• Photo_user_blank_big


    almost 4 years ago


    One other things - do you believe that you are onduty 24/7? Is that something you heard or is it in your agency's policy manual? Officers hurt stepping in to intervene while off duty or making an arrest at a secondary employment (part-time job), have been denied Worker's compensation by their municipality. Make sure you are covered - especially for long-term disabling injuries.

  • Photo_user_blank_big


    about 4 years ago


    I agree USLaw man1983 comments. Cause(New york to LosAngeles)off duty & on duty cops-where not all officers know each other by face.I think, if any signal create off duty & on duty officers both each other know.

  • Uniform_max50


    over 4 years ago


    I have always thought that a great cop is on duty on and off the clock but I agree with most of you that it depends on the situation and if it will be helpful or needed to get involved.

  • 2011_range_day_2-19-10_max50


    over 4 years ago


    I always carry off-duty. Not to enforce the law but to save lives, starting with my own, my familiies, my fellow LEOs, and innocents.

  • Field_sniper_max50


    over 4 years ago


    Great article....true words of wisdom for all. Stay safe out there brothers and sisters. Keep a level head, make the right call, and keep the right people alive.

  • Fmf_badge_max50


    over 4 years ago


    When my father was a C.o.P. he told us several times that he was on duty 24/7, unless we were on vacation. In our home region Dad would not hesitate to enforce the laws of the state, county, or community. He always carried a small .38cal S&W Chief's Special when "off duty" as well as a set of cuffs. I have been with him when he has made arrests when we were supposed to be on our own time. He arrested poachers while we hunted or fished. I have been with him when he would pull out the red light and stop someone for a traffic violation. Dad did not have a bullet resistant vest like the LEO's do today, in the later years of his carreer he did have a military style Flak Vest, like that worn during the Nam conflict. Dad would not hesitate to arrest some one who violated the law when he was off duty. He would come home many a night looking like a chunk of hamburger, but he always arrested the "prep".

    On huntint trips I have seen my father take down armed violators, with out batting an eye and only with a threat of deadly force. My older brother and I where brought up in such a way that if we came upon a LEO in trouble we would stop and render aid in any fashion we could. But that was years in the past, today we could go to jail if we provided covering fire for an officer or if we intervened physically to help. It is a shame how things have changed since I was a younger person and not disabled.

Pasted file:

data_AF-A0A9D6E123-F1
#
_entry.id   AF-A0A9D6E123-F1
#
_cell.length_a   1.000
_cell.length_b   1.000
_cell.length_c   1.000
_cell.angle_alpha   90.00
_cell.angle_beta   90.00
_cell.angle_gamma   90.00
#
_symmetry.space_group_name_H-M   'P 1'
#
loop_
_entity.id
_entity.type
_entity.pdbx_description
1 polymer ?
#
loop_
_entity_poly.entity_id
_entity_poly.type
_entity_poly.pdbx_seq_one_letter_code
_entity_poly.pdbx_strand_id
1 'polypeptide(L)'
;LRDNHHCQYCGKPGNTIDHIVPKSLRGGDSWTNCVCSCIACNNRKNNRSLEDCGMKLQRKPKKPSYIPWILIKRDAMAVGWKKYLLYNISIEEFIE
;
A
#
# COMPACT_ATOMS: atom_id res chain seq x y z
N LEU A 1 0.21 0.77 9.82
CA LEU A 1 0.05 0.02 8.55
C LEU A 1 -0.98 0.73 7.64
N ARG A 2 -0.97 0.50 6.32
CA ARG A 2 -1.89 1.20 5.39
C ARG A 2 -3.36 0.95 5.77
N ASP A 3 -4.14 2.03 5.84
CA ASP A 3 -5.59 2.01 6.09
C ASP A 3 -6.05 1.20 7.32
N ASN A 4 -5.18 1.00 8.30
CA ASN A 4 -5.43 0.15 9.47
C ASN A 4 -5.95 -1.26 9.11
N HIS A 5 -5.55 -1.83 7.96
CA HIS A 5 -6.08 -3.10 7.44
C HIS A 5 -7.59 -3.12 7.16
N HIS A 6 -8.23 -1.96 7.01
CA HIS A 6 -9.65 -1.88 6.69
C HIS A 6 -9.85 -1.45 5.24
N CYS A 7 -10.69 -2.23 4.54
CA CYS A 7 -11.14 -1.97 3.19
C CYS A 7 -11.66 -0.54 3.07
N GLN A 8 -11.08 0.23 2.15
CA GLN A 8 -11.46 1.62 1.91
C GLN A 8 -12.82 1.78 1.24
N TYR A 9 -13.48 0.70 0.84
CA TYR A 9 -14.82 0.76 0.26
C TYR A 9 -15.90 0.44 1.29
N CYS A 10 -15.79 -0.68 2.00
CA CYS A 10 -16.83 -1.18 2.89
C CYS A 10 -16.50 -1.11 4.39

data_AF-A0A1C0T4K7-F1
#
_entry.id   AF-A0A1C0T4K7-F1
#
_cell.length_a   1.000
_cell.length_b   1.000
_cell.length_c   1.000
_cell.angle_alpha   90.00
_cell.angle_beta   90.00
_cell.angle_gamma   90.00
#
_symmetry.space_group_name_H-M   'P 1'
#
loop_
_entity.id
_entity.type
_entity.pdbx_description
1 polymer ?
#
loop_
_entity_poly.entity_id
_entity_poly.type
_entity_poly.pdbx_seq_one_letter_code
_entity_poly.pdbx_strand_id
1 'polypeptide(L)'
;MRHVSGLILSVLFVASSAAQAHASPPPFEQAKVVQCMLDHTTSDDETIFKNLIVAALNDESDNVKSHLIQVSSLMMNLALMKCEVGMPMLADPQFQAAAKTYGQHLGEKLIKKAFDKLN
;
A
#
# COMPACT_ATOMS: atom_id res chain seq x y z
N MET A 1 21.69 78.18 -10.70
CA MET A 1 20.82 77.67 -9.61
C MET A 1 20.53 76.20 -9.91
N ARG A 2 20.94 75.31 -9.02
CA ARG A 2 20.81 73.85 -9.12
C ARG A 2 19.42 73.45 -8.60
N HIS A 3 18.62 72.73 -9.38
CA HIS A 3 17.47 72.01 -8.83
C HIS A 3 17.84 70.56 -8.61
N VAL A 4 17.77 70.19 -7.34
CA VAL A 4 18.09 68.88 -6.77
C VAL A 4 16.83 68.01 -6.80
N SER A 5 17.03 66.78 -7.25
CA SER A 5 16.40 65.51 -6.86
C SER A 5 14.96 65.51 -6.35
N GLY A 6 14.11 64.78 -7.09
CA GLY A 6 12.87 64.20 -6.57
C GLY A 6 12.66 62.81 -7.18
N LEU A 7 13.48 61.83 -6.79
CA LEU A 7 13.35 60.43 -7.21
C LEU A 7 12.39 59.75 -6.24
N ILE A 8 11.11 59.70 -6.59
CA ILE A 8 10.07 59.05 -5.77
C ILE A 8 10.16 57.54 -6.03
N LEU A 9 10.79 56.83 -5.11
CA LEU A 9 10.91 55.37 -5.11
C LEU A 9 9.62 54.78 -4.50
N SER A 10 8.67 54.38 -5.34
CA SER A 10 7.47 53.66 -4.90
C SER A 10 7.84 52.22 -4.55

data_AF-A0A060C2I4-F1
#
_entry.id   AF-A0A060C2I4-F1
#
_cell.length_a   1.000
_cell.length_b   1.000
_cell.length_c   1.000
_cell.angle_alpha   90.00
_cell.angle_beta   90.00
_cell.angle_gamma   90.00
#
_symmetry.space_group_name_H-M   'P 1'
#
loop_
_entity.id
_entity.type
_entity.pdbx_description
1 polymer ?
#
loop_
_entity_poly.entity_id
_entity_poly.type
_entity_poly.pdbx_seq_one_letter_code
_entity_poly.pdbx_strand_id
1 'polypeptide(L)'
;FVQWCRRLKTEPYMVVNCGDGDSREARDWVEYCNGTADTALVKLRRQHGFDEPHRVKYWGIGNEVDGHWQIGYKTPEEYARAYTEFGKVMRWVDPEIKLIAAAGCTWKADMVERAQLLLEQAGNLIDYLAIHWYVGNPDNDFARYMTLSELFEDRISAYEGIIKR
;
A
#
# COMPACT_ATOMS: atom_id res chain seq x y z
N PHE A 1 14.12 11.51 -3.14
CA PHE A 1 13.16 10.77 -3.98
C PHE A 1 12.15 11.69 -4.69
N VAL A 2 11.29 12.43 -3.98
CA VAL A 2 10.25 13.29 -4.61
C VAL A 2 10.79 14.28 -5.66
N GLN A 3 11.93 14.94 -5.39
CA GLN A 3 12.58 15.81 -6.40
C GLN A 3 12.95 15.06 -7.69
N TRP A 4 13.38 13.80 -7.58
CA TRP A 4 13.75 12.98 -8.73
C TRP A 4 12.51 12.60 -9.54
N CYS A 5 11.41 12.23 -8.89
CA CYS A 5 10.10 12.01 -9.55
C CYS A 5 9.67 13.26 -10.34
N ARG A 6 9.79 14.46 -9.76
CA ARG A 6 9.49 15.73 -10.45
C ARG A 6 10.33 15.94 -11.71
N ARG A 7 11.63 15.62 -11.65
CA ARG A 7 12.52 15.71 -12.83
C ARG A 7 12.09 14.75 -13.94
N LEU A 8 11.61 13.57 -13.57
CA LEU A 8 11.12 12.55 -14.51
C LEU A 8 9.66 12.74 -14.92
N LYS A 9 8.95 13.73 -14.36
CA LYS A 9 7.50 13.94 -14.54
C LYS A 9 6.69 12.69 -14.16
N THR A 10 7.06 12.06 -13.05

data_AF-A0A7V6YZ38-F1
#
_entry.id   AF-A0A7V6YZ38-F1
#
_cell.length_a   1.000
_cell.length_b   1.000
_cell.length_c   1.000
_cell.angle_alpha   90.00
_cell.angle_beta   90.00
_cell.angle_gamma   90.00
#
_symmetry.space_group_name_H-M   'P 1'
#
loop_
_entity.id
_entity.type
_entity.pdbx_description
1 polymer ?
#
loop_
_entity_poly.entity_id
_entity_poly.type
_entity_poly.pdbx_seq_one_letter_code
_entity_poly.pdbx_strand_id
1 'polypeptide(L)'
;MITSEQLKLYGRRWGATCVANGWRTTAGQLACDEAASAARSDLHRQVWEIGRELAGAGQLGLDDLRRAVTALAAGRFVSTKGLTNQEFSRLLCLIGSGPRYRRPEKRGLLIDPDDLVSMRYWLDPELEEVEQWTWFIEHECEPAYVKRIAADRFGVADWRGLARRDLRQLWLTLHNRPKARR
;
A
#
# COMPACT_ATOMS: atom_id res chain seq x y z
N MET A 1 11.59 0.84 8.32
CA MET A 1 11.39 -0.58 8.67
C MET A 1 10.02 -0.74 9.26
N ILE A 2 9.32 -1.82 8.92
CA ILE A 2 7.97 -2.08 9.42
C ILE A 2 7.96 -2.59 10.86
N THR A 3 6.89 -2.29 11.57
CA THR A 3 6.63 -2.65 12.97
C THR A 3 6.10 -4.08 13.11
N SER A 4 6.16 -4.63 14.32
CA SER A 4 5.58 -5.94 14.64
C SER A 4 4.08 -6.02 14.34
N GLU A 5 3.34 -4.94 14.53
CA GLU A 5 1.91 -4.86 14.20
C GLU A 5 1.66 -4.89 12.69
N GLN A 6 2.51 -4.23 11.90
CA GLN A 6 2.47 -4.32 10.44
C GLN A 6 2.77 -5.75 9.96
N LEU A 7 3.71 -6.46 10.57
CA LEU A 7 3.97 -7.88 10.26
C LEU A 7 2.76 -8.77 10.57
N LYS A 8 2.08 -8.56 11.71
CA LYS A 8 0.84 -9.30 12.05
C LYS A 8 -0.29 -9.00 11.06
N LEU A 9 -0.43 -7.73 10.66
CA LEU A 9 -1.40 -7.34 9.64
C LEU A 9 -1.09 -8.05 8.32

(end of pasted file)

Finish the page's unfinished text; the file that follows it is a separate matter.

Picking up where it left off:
Today people are afraid to help the cops when they come upon a situation where they need help of some sort. They are afraid of being sued by the perp or their intentions being mistaken by the cop. We have counties in our state that are as large as some eastern states and my have less than a half dozen LEO's to patrol and answer calls for help and then it may take them more than an hour to get on scene. Things need to change, people need to be more active in helping the LEO's when they need help.

    You all have a onderful holiday season.

  • Funny_pictures_56616_max50


    over 4 years ago


    There's afine line between a great ( off duty ) witness and a Dead ( off duty ) hero. Be careful not to trip over it.
    Every situation is unique and your other Family needs you too. Be careful out there........its uglier than ever.

  • Photo_user_blank_big


    over 4 years ago

    I enjoyed the article, but lets face it. We see our brother or sister in blue having a problem, or some dog ass slapping their wife to the ground, we will react. That's what we're trained to do, however our officer safety should kick as well. Good brothers and sisters out there!

  • Sfa_iv_max50


    over 4 years ago


    Really enjoyed this article.

  • Mcso_patch_max50


    over 4 years ago


    Great read for me, as a newbie to law enforcement

  • 12235_sq90_max50


    over 4 years ago


    A good read.

  • M_6946ca1d848d9668dafcfd3d9aea06c5_max50


    over 4 years ago


    lets just face reality here....the crap hits the fan and you are are an off duty cop....reality is you are damned if you do and damned if you don't. you will either get hung out to dry by your dept that doesn't want the bad press because you did something or you get hung out to dry by the press because you didn't.

    the real decision is which choice can you sleep easiest with?

  • Larry_apache_dist_13_max50


    over 4 years ago


    In today’s PC Policing Policies taking action on off-duty incidents would not be wise, unless it is a serious felony. You can't be the Robo Cop 24/7; the odds of your police career lasting will result in burnout and unwarranted Internal Affairs investigations. I have seen more officers get into trouble from being second guessed in off duty crap, getting letters of instruction, days off and being fired. The job is hard enough not making any bad decisions while on duty, why would you want to increase your odds of not finishing your career. Think about it how many Lt's, Captain's, Majors and above get fired from sitting behind the desk, unless they have someone bent over it!!!!!!! Don't sweat the little shit, enjoy your off duty time and always carry your weapon and ID and don't forget to visit Arizona

  • Lieutenant_smith_max50


    over 4 years ago


    what difference does it makes? The officer is serving the town or county still. I believe if you put it to a vote the citizens are going to love having that Officer in that place. Once and final CITY AND COUNTY PAY THE OFFICERS A GREAT SALARY AND THIS NEED WOULD CAUSE THE CHIEFS TO STOP OFF DUTY. Y es this hurts the officers because some are cming to work not rested. However they have family to feed. Once PAY THEM.